CAIRO (AFP) - Two Al-Jazeera journalists walked free after being pardoned on Wednesday along with scores of others by Egypt’s president, following criticism of his government for jailing opponents.
The release of Canadian Mohamed Fahmy and colleague Baher Mohamed was welcomed by their supporters, with Al-Jazeera saying it was “delighted” and Fahmy’s lawyer Amal Clooney calling it “a historic day”.
The 100 prisoners pardoned by President Abdel Fattah al-Sisi included women activists Sana Seif and Yara Sallam, the President’s office said, in a goodwill gesture on the eve of a major Muslim holiday.
The move came a day before Sisi is due to head to New York to deliver a speech at the UN General Assembly.
Within hours of the announcement, Fahmy and Mohamed were dropped off by authorities in the upmarket Cairo suburb of Maadi in their blue prison uniforms.
They told an AFP correspondent on the spot that they were looking forward to being reunited with their families, but were unsure of their long-term plans.
“I’m feeling ecstatic knowing that I don’t have to worry about lawyers, police officers following me all over the place and knowing that I’m going to share my apartment tonight with my beloved wife,” said Fahmy.
Mohamed said: “We’re very, very happy. But we’re a bit surprised about how it was done”.
The pair had been sentenced in a retrial in August to three years for fabricating “false” news in support of the Muslim Brotherhood movement, which the army removed from power in 2013 and outlawed.
The retrial was ordered early this year after an appeals court overturned an initial sentence of seven years, saying the prosecution had presented scant evidence.
Australian reporter and Al-Jazeera colleague Peter Greste was also convicted, but was deported by presidential decree in February after 400 days in jail.
An award-winning former BBC reporter, Greste said he was “overjoyed” by their release.
“President Sisi has taken a very important step in restoring confidence in the system but it is only a partial step,” he told Al-Jazeera.
Al-Jazeera said it was “delighted” by their release, but added that celebrations were muted.
“It is hard to celebrate though as this whole episode should not have happened in the first place.”
It was not immediately clear if Greste was included in the pardon, and the pan-Arab network is still demanding all charges and sentences against its journalists be dropped.
The detention and trial sparked global criticism of Sisi, who has said he wished the journalists had been deported from the outset rather than put on trial.
The United States and the United Nations had led calls for the journalists’ release.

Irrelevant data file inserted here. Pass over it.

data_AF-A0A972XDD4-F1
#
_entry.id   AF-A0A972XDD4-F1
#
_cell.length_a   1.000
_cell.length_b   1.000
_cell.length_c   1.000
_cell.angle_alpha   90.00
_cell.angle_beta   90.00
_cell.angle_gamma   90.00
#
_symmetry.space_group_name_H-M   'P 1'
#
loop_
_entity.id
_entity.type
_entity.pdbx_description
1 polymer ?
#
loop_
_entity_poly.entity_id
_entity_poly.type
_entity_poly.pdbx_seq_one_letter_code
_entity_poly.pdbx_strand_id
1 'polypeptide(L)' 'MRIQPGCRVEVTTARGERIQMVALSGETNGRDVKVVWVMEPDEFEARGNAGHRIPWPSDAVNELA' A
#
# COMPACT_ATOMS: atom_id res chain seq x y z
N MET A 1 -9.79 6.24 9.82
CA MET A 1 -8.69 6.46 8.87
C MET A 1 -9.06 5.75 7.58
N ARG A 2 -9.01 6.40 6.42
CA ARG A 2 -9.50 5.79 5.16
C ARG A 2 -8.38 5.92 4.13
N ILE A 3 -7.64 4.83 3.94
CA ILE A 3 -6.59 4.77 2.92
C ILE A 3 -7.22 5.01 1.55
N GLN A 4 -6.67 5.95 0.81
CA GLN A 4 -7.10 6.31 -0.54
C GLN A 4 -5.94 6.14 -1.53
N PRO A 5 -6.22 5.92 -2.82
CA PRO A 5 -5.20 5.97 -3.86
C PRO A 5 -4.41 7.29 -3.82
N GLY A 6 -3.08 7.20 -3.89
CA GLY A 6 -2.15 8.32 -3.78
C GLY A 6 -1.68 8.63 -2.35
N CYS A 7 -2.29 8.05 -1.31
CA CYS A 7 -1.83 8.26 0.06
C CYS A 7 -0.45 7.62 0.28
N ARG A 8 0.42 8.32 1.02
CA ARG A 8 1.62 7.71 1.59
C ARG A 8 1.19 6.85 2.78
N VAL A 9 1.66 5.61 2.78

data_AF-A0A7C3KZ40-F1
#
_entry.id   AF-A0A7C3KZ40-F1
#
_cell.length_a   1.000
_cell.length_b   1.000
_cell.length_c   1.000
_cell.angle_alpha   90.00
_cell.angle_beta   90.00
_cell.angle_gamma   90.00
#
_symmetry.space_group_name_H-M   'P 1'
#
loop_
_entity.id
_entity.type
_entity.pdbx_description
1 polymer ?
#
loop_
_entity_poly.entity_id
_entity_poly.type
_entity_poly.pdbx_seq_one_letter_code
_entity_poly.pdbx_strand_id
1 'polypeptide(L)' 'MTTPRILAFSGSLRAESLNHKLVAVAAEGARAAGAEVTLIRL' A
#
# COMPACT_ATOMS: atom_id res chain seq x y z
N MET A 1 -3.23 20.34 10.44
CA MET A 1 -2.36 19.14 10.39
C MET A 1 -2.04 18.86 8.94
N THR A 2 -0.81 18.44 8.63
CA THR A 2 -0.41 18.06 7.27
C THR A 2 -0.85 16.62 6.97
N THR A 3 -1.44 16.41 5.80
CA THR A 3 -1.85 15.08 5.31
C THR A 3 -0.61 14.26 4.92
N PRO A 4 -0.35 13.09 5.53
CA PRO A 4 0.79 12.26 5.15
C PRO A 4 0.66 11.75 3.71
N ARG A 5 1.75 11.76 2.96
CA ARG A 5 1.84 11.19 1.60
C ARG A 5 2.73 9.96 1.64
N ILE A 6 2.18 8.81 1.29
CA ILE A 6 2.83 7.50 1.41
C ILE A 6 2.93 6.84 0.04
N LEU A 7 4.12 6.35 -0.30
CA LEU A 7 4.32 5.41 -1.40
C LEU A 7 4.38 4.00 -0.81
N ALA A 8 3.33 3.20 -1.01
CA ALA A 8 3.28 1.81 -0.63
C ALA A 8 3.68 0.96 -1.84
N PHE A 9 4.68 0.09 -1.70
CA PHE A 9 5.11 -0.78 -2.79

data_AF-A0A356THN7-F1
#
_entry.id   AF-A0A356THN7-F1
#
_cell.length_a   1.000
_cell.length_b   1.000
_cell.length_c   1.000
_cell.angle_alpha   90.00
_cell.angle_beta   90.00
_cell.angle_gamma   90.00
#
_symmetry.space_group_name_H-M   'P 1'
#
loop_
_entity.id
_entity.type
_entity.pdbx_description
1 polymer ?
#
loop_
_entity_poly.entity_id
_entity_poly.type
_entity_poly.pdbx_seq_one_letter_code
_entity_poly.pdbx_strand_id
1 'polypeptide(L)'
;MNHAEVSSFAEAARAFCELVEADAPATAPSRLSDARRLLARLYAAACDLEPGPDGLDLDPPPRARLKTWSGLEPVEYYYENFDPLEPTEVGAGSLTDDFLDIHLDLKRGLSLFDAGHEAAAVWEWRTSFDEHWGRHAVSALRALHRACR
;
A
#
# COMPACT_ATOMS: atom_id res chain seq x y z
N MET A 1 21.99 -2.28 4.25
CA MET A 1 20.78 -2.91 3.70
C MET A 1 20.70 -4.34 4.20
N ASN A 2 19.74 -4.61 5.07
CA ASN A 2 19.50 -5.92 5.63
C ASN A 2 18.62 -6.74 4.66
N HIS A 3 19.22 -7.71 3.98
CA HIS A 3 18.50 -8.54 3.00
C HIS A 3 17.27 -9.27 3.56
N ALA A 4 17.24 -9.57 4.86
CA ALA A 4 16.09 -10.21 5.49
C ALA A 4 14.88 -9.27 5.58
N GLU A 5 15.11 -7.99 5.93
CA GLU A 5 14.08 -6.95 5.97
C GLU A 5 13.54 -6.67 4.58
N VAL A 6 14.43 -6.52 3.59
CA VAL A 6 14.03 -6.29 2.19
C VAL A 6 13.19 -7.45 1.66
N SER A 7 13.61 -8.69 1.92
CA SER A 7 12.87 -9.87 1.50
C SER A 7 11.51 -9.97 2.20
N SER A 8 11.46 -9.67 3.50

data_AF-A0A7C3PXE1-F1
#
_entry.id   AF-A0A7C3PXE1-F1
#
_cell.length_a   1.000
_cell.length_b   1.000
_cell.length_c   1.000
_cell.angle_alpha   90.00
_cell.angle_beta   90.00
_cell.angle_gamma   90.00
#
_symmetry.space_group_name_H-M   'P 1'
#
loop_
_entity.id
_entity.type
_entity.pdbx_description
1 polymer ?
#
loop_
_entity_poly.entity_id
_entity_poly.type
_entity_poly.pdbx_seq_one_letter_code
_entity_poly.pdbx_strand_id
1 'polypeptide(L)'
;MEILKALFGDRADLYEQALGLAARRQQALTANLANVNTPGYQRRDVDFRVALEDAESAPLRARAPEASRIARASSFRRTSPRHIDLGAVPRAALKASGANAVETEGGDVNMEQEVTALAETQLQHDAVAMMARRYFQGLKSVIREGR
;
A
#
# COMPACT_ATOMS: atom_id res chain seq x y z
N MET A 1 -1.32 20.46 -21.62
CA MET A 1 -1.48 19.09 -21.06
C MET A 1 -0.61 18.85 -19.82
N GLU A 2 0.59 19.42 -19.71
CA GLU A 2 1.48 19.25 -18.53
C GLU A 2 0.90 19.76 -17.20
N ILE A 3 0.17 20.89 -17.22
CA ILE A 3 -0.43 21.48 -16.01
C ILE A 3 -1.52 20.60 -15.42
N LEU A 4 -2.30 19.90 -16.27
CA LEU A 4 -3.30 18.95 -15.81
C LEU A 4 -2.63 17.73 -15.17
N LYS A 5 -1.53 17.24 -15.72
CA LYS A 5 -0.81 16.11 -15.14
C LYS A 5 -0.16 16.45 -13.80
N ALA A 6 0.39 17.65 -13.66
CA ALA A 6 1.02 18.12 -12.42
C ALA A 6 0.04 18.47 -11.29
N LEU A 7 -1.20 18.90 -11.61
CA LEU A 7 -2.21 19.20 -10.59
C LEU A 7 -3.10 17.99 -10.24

Their arrest in December 2013 came at a time of heightened unrest and a deadly crackdown on the Muslim Brotherhood following Islamist president Mohamed Morsi’s overthrow by the military.
At the time, Qatar, which owns Al-Jazeera, had been supportive of the Islamists.
Fahmy had dropped his Egyptian citizenship to qualify for deportation like Greste.
His euphoric wife, Marwa Omran said that after his release “he wants to pursue getting his nationality back”.
The Canadian government welcomed the news.
“We look forward to Mr. Fahmy reuniting with his family and loved ones, and his return to Canada,” the foreign ministry said.
Clooney said she was also “delighted”.
“This is a historic day in Egypt where the government has finally corrected a longstanding injustice, and set two innocent men free,” she said in a statement.
The pardons came on the eve of the Muslim holiday of Eid al-Adha, when prisoner releases often take place in Muslim countries.
Amnesty International welcomed the pardons but said they were a “token gesture while hundreds of others remain detained”.
The pardons appeared to be mainly of activists, with the presidency saying the cases involved violations of a protest law and “assaulting police officers,” in addition to some releases on health grounds.
Sisi has faced mounting calls to release activists such as Seif and Sallam, a human rights worker detained after a small protest outside the presidential palace in 2014.
The two women were charged with holding an illegal protest, under a law that bans all but police-sanctioned demonstrations, and sentenced to three years in jail.
No official list was immediately issued of those pardoned, leaving it unclear whether other secular activists such as Alaa Abdel Fattah and Ahmed Maher were included.
It was also not known if the pardon covered Mahmoud Abu Zeid, a photographer arrested in August 2013 as hundreds of Islamist protesters were killed in clashes with police clearing two Cairo sit-ins.
Thousands of Islamists, including Morsi, have been arrested since his overthrow, and scores sentenced to death.
But the crackdown on the Islamists has also extended to secular-leaning activists who had supported Morsi’s overthrow after his divisive year in power.
Sisi, the former army chief who was elected president in 2014, remains popular with many Egyptians as he seeks to put an end to unrest in the wake of the country’s 2011 revolution that toppled longtime strongman Hosni Mubarak.
He has vowed to steer clear of court cases out of respect for the judiciary’s independence.